Land Title Block, watercolor by Bror Utter
You’ve probably seen it a hundred times, but familiar landmarks take on a different resonance — at different times, through different artist’s viewpoints. They gain detail and depth.
This Saturday, historian and author Quentin McGown is presenting a free lecture, “Architectural History Preserved Through the Artist’s Eye: A Study of Bror Utter’s 1957 Fort Worth Landmarks Suite” at the Amon Carter Museum at 11 a.m. It’s the same day the museum opens the exhibition, Fort Worth Landmarks in the 1950s: Watercolors by Bror Utter.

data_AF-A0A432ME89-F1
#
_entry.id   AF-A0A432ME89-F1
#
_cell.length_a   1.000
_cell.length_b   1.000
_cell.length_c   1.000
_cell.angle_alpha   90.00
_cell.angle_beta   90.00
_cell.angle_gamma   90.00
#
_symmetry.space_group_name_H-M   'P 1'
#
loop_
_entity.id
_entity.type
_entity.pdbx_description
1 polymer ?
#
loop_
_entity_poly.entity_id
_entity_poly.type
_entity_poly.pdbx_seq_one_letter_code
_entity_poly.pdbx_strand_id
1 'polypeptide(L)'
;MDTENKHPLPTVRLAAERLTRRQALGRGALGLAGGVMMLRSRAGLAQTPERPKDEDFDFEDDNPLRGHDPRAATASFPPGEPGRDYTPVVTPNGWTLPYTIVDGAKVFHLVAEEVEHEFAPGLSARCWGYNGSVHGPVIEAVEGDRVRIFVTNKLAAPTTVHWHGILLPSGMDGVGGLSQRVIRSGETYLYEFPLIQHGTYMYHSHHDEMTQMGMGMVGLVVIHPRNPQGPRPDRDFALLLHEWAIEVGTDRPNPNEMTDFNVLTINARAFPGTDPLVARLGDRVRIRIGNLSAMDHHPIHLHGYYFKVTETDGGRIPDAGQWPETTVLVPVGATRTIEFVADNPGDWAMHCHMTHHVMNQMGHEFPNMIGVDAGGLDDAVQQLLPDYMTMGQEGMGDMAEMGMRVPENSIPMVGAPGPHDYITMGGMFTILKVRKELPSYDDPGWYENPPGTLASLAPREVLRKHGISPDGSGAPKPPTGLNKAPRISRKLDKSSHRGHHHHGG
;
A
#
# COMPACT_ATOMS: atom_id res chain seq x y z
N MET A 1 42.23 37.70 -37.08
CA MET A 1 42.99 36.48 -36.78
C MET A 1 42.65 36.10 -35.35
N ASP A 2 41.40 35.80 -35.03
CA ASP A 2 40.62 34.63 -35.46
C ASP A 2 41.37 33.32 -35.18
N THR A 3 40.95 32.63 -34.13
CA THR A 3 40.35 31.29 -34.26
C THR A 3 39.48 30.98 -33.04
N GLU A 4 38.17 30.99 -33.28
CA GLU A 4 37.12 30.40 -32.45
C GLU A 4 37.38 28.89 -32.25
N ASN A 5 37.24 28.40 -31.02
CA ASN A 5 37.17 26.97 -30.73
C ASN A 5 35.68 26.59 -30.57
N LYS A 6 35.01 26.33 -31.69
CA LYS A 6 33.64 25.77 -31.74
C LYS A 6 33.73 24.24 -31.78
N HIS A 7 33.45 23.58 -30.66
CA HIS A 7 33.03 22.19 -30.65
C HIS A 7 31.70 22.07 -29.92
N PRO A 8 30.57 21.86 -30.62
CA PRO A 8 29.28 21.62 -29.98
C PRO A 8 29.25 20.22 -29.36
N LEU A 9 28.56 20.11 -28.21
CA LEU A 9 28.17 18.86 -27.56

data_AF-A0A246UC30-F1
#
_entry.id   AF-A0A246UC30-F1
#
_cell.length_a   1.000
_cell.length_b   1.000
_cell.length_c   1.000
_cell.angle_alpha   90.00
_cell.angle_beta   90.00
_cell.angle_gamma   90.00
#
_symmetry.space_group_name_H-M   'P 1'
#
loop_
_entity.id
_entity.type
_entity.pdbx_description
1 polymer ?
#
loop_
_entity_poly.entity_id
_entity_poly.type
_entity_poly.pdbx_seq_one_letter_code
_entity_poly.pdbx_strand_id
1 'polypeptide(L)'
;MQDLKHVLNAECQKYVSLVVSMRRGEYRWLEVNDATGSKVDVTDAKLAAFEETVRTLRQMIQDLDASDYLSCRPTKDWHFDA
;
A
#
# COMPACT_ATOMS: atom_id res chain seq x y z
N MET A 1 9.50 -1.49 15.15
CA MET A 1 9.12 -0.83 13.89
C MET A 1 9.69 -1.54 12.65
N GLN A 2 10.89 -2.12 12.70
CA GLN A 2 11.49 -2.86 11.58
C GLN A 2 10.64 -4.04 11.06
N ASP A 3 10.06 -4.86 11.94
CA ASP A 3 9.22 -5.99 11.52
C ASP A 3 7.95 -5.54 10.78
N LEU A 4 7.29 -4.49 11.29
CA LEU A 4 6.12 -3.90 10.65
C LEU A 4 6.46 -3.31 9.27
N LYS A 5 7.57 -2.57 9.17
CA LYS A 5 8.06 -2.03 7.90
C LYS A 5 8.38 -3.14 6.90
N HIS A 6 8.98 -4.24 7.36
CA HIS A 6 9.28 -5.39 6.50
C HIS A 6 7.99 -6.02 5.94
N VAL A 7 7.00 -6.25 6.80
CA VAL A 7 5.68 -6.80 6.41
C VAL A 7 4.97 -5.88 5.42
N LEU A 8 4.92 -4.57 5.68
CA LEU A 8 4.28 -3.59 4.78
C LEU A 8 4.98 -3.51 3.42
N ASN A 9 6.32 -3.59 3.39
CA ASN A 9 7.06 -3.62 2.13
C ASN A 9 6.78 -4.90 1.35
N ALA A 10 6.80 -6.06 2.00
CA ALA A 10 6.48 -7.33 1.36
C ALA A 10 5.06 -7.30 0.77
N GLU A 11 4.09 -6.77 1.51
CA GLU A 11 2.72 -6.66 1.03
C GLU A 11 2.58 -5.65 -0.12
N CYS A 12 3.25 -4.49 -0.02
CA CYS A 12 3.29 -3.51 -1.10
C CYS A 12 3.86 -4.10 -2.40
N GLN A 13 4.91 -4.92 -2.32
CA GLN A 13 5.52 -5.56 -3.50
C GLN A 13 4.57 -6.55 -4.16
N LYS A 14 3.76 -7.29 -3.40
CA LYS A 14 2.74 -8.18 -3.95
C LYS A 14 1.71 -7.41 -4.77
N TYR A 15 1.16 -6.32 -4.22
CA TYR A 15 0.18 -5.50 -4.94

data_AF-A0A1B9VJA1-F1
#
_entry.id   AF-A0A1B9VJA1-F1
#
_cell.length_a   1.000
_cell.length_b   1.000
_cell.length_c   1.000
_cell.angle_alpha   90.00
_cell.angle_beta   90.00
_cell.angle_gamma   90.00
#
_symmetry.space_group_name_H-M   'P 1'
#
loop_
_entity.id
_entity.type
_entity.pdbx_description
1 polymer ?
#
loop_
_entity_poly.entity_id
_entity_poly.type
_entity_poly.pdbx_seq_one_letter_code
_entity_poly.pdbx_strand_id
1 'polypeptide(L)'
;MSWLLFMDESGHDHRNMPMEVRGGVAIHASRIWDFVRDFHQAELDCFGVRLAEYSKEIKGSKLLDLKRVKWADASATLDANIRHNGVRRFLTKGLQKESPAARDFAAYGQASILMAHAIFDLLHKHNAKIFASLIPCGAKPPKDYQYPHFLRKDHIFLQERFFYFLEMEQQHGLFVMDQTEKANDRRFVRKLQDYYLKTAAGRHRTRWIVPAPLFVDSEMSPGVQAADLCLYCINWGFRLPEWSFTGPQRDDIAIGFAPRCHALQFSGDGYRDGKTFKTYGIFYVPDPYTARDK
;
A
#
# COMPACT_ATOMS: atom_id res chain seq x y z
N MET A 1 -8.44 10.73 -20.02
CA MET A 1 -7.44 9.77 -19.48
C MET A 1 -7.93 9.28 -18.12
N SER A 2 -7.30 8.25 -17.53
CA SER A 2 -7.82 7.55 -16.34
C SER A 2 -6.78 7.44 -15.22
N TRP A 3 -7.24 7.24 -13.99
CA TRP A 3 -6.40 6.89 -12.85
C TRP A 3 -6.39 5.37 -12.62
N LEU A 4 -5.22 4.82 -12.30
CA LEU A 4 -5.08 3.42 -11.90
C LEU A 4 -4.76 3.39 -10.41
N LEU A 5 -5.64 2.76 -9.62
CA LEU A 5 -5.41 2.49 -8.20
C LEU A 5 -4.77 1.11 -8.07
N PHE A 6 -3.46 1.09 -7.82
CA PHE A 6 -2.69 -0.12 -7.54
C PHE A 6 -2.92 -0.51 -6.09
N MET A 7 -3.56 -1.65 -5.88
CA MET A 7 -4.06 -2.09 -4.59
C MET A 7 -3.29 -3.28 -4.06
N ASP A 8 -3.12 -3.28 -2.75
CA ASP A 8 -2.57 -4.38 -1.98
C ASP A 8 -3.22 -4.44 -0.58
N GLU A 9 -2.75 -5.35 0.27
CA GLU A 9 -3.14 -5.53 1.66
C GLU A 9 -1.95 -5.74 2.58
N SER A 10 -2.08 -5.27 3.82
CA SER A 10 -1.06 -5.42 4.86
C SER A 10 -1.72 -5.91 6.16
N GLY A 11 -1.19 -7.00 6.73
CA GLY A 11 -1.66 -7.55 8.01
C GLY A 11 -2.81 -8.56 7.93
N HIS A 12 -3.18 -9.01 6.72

The exhibition includes 17 paintings of some of Fort Worth’s iconic structures, including the Knights of Pythias Hall and the Old Post Office. The Victorian-era building shown above — located at Fourth and Commerce — began life as the Land Mortgage Bank, but by the time Bror Utter painted it, it was home to a popular downtown cafe.
Which is much like what it remains: You may know it as the Flying Saucer Emporium.